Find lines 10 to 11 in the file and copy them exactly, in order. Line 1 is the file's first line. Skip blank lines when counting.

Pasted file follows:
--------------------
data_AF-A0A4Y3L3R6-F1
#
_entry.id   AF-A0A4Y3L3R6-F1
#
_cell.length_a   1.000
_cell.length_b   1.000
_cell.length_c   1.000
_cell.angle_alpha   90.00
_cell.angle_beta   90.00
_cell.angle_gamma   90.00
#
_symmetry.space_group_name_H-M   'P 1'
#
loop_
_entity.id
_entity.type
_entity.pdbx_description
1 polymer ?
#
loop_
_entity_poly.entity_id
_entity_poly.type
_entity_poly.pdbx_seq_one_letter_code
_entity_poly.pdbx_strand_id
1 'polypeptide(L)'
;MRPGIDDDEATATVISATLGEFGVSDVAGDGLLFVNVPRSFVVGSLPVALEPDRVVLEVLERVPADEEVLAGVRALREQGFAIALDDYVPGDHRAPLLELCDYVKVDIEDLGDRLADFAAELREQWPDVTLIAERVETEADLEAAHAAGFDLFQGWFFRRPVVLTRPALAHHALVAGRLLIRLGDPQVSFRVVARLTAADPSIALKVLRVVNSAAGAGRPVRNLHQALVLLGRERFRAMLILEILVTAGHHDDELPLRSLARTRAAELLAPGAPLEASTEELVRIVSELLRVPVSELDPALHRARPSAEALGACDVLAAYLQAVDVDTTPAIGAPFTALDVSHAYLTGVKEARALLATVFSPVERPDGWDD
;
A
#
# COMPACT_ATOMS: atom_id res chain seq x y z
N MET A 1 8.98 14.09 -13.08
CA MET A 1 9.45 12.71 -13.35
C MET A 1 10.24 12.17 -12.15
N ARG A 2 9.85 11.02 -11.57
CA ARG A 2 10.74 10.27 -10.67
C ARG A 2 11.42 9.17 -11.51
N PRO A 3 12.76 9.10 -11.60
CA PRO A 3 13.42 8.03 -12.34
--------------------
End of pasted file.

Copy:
_cell.angle_gamma   90.00
#